- If you need clarification, ask it in the comment box above.
- Better answers use proper spelling and grammar.
- Provide details, support with references or personal experience.
Tell us some more! Your answer needs to include more details to help people.You can't post answers that contain an email address.Please enter a valid email address.The email address entered is already associated to an account.Login to postPlease use English characters only.
Tip: The max point reward for answering a question is 15.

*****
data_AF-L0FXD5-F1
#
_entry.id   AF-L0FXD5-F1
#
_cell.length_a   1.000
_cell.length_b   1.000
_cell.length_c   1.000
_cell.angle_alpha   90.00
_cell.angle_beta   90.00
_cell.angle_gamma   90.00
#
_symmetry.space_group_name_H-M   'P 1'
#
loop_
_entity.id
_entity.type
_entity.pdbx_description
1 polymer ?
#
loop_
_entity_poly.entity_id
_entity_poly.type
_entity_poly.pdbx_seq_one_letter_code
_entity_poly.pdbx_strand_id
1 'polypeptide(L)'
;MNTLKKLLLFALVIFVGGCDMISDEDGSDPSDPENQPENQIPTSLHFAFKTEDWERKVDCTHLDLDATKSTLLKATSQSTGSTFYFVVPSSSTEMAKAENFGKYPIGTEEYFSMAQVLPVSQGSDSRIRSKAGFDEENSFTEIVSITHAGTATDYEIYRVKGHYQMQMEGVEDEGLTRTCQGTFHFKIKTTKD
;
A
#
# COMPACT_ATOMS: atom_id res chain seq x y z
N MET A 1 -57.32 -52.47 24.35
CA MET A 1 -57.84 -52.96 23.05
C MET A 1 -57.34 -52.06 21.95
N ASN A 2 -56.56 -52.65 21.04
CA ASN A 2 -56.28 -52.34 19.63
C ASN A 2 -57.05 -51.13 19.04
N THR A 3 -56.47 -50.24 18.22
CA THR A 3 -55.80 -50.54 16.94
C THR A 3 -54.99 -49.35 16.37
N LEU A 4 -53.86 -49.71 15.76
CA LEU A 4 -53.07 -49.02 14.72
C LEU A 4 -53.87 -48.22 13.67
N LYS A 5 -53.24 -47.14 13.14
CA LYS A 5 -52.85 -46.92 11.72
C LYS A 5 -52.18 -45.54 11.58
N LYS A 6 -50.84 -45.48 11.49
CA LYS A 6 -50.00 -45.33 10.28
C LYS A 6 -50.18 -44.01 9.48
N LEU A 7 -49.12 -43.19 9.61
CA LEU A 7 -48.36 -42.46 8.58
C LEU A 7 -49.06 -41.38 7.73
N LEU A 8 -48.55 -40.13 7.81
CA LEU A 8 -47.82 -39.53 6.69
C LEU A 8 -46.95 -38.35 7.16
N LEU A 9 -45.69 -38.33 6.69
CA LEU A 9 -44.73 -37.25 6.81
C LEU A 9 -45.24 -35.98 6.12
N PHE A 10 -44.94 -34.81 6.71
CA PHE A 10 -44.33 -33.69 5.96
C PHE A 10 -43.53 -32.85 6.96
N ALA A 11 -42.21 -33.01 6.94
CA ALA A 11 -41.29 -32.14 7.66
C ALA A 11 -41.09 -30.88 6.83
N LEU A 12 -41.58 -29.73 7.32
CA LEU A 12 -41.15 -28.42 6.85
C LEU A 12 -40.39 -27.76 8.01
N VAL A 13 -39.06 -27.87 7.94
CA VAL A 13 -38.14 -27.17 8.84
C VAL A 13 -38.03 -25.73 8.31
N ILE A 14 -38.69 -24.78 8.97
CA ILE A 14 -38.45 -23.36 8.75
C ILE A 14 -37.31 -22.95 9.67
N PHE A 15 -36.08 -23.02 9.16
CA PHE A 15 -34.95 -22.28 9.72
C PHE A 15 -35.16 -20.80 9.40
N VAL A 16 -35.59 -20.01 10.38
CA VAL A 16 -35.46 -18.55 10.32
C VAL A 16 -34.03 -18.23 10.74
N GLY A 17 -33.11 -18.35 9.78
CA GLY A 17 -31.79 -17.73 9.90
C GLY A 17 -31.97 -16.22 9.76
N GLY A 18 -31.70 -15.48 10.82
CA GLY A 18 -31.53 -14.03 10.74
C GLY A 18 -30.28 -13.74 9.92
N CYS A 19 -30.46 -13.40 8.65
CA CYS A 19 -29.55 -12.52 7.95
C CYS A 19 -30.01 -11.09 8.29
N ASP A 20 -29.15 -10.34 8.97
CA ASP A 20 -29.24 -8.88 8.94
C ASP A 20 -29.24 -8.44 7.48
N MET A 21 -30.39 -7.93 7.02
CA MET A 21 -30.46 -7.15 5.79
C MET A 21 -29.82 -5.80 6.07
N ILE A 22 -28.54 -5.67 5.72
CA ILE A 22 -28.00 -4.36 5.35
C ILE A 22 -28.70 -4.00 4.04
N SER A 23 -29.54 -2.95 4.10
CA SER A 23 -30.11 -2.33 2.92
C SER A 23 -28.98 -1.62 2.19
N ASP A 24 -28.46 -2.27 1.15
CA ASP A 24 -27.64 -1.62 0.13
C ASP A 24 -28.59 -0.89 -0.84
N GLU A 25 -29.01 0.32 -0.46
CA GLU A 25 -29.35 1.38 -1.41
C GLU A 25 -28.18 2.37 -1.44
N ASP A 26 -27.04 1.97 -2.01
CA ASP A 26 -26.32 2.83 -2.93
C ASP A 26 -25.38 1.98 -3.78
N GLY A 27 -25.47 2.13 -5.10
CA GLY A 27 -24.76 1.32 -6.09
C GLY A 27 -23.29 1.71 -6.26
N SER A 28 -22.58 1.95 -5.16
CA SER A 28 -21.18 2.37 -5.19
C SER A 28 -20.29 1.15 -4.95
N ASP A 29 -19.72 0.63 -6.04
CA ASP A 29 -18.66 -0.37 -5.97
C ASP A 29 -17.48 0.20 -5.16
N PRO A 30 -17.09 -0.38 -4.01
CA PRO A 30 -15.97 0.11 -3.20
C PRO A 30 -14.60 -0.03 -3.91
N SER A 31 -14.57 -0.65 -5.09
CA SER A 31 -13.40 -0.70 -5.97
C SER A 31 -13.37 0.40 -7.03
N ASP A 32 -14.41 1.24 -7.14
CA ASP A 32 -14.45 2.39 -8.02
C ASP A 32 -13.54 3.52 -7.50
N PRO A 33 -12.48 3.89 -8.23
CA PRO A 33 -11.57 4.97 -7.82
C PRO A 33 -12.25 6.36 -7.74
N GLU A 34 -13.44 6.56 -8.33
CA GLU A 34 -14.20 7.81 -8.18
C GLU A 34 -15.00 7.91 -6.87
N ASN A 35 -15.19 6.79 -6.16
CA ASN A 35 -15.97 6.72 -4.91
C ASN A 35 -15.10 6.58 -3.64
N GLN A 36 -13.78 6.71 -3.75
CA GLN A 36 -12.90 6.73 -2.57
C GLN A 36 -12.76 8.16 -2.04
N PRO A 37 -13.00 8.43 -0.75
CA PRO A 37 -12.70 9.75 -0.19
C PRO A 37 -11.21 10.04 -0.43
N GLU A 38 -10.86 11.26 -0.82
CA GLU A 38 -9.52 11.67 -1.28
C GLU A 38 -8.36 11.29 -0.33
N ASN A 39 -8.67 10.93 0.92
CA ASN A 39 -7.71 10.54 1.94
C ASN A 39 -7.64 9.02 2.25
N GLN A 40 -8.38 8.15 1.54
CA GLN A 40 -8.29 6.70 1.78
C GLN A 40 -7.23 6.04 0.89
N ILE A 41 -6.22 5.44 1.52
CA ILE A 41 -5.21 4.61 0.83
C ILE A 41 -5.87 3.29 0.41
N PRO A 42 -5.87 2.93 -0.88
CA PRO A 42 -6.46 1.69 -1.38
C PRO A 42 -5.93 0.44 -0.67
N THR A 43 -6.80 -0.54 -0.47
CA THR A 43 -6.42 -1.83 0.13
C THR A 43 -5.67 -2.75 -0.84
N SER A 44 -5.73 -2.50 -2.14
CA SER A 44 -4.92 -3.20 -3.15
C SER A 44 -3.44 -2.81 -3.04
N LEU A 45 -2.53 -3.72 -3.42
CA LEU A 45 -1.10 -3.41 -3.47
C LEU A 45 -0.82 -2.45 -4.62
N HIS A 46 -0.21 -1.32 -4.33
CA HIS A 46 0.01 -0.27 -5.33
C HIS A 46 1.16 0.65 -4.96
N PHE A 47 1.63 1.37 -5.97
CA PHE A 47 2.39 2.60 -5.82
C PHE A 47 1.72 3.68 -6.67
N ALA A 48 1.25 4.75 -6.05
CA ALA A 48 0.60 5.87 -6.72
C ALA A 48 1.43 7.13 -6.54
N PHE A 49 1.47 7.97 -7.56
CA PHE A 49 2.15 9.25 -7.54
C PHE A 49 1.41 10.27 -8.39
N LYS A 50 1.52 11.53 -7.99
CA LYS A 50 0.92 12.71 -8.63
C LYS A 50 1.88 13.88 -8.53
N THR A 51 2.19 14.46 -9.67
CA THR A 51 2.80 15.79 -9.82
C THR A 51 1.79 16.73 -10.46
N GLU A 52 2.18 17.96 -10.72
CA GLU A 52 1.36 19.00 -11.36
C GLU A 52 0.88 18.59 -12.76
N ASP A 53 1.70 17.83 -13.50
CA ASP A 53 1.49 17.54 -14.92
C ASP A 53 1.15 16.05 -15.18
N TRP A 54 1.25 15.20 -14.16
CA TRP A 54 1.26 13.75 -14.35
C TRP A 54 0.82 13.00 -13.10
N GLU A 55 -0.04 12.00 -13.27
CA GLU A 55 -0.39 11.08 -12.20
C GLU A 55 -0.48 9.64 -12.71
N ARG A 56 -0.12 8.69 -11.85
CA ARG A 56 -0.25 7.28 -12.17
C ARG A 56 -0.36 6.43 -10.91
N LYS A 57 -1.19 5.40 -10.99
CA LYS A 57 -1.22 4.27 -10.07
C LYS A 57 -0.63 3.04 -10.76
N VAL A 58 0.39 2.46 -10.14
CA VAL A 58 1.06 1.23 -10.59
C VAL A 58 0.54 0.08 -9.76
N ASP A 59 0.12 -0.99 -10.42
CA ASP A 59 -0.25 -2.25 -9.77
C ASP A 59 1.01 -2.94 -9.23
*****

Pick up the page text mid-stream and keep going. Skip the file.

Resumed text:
Are you running it in high ambient temperatures? Can you see any condensate(water) on the coil? It may be that it is running above it's temperature range. A dehumidifier has two coils(radiators if you like). One gets cold, the other gets hot. The first one renoves the moisture from the air, this is the evaporator and is cold. The heat taken from the air is absorbed into the refrigerant and is given back to the air when it passes through th other coil, the condensor which is hot. The refrigeration circuit itself produces heat. This heat plus the heat absorbed from the air has to be got rid of. If the ambient temperature is high, the condensor will have trouble getting rid of the heat from the circuit. This can cause the case to feel hot to the touch. Assuming you don't have a refrigeration leak, it may not be worth running the unit if it is not removing moisture from the air. Is any water being dropped into the bucket? If it isn't, all you are doing is wasting electricity.